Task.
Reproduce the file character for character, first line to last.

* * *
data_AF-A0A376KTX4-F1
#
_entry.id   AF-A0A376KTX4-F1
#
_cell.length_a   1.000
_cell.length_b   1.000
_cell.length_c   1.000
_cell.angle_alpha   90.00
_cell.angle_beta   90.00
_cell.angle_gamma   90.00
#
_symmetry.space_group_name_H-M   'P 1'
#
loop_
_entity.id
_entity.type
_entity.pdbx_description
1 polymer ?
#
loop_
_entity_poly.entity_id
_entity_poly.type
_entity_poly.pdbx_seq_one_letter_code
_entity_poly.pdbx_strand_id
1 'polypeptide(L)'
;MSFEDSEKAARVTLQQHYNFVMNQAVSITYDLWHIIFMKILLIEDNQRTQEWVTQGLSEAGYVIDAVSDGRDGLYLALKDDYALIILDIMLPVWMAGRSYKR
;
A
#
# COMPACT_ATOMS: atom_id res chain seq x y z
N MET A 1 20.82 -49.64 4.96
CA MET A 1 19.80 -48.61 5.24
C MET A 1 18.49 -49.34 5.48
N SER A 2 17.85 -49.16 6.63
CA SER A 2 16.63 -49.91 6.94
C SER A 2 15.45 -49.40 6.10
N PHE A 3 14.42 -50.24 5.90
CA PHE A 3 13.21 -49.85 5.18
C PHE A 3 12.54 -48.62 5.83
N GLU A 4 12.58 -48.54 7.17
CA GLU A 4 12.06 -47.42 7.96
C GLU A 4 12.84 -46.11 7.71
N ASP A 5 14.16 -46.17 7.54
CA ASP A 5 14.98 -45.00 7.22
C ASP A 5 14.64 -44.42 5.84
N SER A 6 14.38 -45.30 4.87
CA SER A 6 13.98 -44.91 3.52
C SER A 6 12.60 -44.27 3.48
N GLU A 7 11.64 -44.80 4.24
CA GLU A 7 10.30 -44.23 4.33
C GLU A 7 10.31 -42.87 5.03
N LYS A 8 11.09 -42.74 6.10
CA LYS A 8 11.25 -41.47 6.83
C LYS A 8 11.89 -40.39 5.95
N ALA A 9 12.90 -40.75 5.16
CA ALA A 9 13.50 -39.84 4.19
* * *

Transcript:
data_AF-A0A376KTX4-F1
#
_entry.id   AF-A0A376KTX4-F1
#
_cell.length_a   1.000
_cell.length_b   1.000
_cell.length_c   1.000
_cell.angle_alpha   90.00
_cell.angle_beta   90.00
_cell.angle_gamma   90.00
#
_symmetry.space_group_name_H-M   'P 1'
#
loop_
_entity.id
_entity.type
_entity.pdbx_description
1 polymer ?
#
loop_
_entity_poly.entity_id
_entity_poly.type
_entity_poly.pdbx_seq_one_letter_code
_entity_poly.pdbx_strand_id
1 'polypeptide(L)'
;MSFEDSEKAARVTLQQHYNFVMNQAVSITYDLWHIIFMKILLIEDNQRTQEWVTQGLSEAGYVIDAVSDGRDGLYLALKDDYALIILDIMLPVWMAGRSYKR
;
A
#
# COMPACT_ATOMS: atom_id res chain seq x y z
N MET A 1 20.82 -49.64 4.96
CA MET A 1 19.80 -48.61 5.24
C MET A 1 18.49 -49.34 5.48
N SER A 2 17.85 -49.16 6.63
CA SER A 2 16.63 -49.91 6.94
C SER A 2 15.45 -49.40 6.10
N PHE A 3 14.42 -50.24 5.90
CA PHE A 3 13.21 -49.85 5.18
C PHE A 3 12.54 -48.62 5.83
N GLU A 4 12.58 -48.54 7.17
CA GLU A 4 12.06 -47.42 7.96
C GLU A 4 12.84 -46.11 7.71
N ASP A 5 14.16 -46.17 7.54
CA ASP A 5 14.98 -45.00 7.22
C ASP A 5 14.64 -44.42 5.84
N SER A 6 14.38 -45.30 4.87
CA SER A 6 13.98 -44.91 3.52
C SER A 6 12.60 -44.27 3.48
N GLU A 7 11.64 -44.80 4.24
CA GLU A 7 10.30 -44.23 4.33
C GLU A 7 10.31 -42.87 5.03
N LYS A 8 11.09 -42.74 6.10
CA LYS A 8 11.25 -41.47 6.83
C LYS A 8 11.89 -40.39 5.95
N ALA A 9 12.90 -40.75 5.16
CA ALA A 9 13.50 -39.84 4.19